Iced Earth – The Dark Saga – Review

Iced Earth

The Dark Saga (Century Media)
by Scott Hefflon

Tampa Florida’s power metalheads Iced Earth return with a strong melodic metal release, The Dark Saga, and a concept album at that. Based entirely on the comic book Spawn, with cover artwork by series creator Todd McFarlane, and “Depths of Hell” lyrics penned by Al Simmons, the real-life person upon whom the lead character is based, The Dark Saga is a rather thorough concept album. However, Iced Earth is not, as the label claims, the first band to realize such a gimmick. Metal and comic books are a rather obvious pairing: both are larger than life entertainment, use tougher-than-thou clichÚs, and are usually accompanied by garish, often gaudy, color illustrations. Multitudes of bands, especially metal, have used famous artists for their covers and have culled their writing inspiration from comics and movies, in metal’s case, horror movies. So the statement “It’s the first time that any top-selling comic series has lent their artwork for use in retail stores” is flat out wrong. Ever heard of Entombed’s Wolverine Blues? I somehow think X-Men are considered a top-selling comic no matter what rating system you use. To milk the comparison, the unholy agreement behind Wolverine Blues involved such small-timers as Marvel Comics, Columbia Records (a division of Sony Music), Earache Records, artists Nicke A. and Alx H., producer Tomas Skogsberg, and, of course, Entombed. That CD was also carried in comic shops as well as record stores, and the stench of the hype generated by the Sony superpower lingered for months. (The next time you have your pick of special abilities/strengths, having mega-conglomerate resources at your disposal beats out lightening bolts from your eyes by a long shot.) Wolverine Blues has a nine-page comic and lyrics lettered by one of the artists. The Dark Saga is said to have a CD booklet that folds out into a poster, and the vinyl is said to have double-gatefold illustration(s). I wouldn’t know. I have only this promo wallet piece of shit with no lyrics, a skimpy bio, no production credits, and a couple pages of rather unhelpful information – the typical gushing label praise, and false claims about the exclusivity of a mundane gimmick. My apologies for the petty bickering over details, but giving proper credit where it’s due, and re-phrasing claims that conveniently neglect another’s efforts, are rather important elements in forming an educated opinion with any sense of perspective.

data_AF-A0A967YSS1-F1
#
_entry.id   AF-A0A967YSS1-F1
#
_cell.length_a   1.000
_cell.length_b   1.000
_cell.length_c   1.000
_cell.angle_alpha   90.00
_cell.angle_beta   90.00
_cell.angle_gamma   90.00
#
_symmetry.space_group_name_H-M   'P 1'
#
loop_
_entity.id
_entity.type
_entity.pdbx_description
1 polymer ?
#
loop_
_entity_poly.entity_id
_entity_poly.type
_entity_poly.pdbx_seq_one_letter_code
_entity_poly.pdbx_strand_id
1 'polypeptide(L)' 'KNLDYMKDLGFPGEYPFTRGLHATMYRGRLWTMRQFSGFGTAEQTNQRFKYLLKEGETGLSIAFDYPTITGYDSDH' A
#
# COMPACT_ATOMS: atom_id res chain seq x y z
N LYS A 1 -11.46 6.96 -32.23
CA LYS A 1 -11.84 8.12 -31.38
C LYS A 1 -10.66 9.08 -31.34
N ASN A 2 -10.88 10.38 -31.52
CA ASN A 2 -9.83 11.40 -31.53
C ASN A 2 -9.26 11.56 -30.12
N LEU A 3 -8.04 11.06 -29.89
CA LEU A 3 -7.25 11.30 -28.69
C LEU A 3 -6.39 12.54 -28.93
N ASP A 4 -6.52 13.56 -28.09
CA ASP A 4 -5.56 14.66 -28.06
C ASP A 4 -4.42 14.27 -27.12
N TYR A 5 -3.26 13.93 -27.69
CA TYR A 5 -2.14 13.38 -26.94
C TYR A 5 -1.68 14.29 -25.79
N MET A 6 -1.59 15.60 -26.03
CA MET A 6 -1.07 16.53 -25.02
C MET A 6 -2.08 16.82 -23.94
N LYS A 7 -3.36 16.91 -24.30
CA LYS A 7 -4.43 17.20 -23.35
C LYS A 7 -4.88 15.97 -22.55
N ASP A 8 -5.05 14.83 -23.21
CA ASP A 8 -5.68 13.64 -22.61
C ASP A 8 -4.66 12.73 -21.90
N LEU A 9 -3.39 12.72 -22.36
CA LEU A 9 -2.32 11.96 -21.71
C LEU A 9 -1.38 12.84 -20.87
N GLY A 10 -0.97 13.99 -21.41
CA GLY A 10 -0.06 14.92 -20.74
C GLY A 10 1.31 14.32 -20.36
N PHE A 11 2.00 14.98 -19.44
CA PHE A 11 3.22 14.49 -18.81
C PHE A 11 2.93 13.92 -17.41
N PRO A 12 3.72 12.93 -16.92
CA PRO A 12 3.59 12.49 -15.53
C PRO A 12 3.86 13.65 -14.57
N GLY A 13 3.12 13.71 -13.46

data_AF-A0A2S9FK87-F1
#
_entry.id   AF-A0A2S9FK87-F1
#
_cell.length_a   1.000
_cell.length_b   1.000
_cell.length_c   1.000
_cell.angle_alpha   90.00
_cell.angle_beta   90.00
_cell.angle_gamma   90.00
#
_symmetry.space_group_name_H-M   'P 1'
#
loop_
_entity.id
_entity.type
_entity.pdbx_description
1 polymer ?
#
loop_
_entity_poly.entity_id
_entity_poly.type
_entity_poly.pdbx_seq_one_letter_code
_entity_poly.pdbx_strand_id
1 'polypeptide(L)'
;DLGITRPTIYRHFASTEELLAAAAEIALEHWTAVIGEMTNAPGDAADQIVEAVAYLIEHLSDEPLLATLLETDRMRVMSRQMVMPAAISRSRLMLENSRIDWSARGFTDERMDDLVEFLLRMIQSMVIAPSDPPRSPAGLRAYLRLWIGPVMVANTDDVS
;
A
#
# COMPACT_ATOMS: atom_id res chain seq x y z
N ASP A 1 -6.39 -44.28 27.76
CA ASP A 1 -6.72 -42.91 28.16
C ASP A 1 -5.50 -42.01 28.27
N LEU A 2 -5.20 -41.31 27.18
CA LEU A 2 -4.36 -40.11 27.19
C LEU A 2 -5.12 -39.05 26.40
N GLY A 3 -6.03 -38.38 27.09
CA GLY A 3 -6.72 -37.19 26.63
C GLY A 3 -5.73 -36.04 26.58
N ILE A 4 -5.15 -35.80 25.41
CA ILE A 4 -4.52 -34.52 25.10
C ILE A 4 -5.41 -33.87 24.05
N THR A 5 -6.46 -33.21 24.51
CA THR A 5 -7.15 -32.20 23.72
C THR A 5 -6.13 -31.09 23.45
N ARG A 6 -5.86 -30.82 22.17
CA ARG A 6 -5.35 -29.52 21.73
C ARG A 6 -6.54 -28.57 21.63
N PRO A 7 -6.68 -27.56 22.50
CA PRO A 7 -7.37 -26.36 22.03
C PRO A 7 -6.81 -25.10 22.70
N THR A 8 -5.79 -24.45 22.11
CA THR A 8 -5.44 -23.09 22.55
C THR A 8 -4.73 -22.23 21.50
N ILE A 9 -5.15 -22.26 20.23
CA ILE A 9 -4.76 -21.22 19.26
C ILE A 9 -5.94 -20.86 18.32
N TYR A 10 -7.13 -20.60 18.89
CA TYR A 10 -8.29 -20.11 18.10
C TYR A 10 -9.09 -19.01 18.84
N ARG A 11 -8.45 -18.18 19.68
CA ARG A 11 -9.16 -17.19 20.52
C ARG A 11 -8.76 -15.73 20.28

With all that said, Iced Earth’s actual music is, as always, tight, complex, and well-crafted. While I wouldn’t go so far as to call it “melodic speedmetal,” especially in the case of The Dark Saga, I would use the phrase melodic powermetal without hesitation. The twin guitar attack contains elements of the down-and-dirty powerchug, the dramatic long embraces of powerchords, the harmonious lead interplay in both solos and melodic riffs during the chorus, as well as the dreamily fluid acoustic tinkerings shown most beautifully in the closing track “A Question of Heaven.” (Petty, coincidental note: Wolverine Blues ends with a song called “Heavens Die.”) Vocally, Matthew Barlow struts his stuff in a wide variety of wolf’s clothing. While most of the material takes a tough, or tough-turned-momentarily-sensitive, approach, there are manly sensuous whispers, ominous breathy transitions, and a penchant for inflecting words similar to Geoff Tate without being such a damn fashion victim. Other songs contain almost Paul Stalney-esque yelps, and the closing track has some of the better falsetto screams I’ve heard without laughing my ass off. Monkish choruses, choirs of angels, and gutsy snarls probably allow such dated, pansified shenanigans to exist in small quantities and within certain contexts so as not to cause uncontrollable giggling. Being able to pull off such a stunt is extremely admirable to my eyes. While powermetal is not the most stylish music at the moment, Iced Earth not only remain true to their roots, they continue to push aspects of the genre, tip their hat to their predecessors, and create strong, powerful music.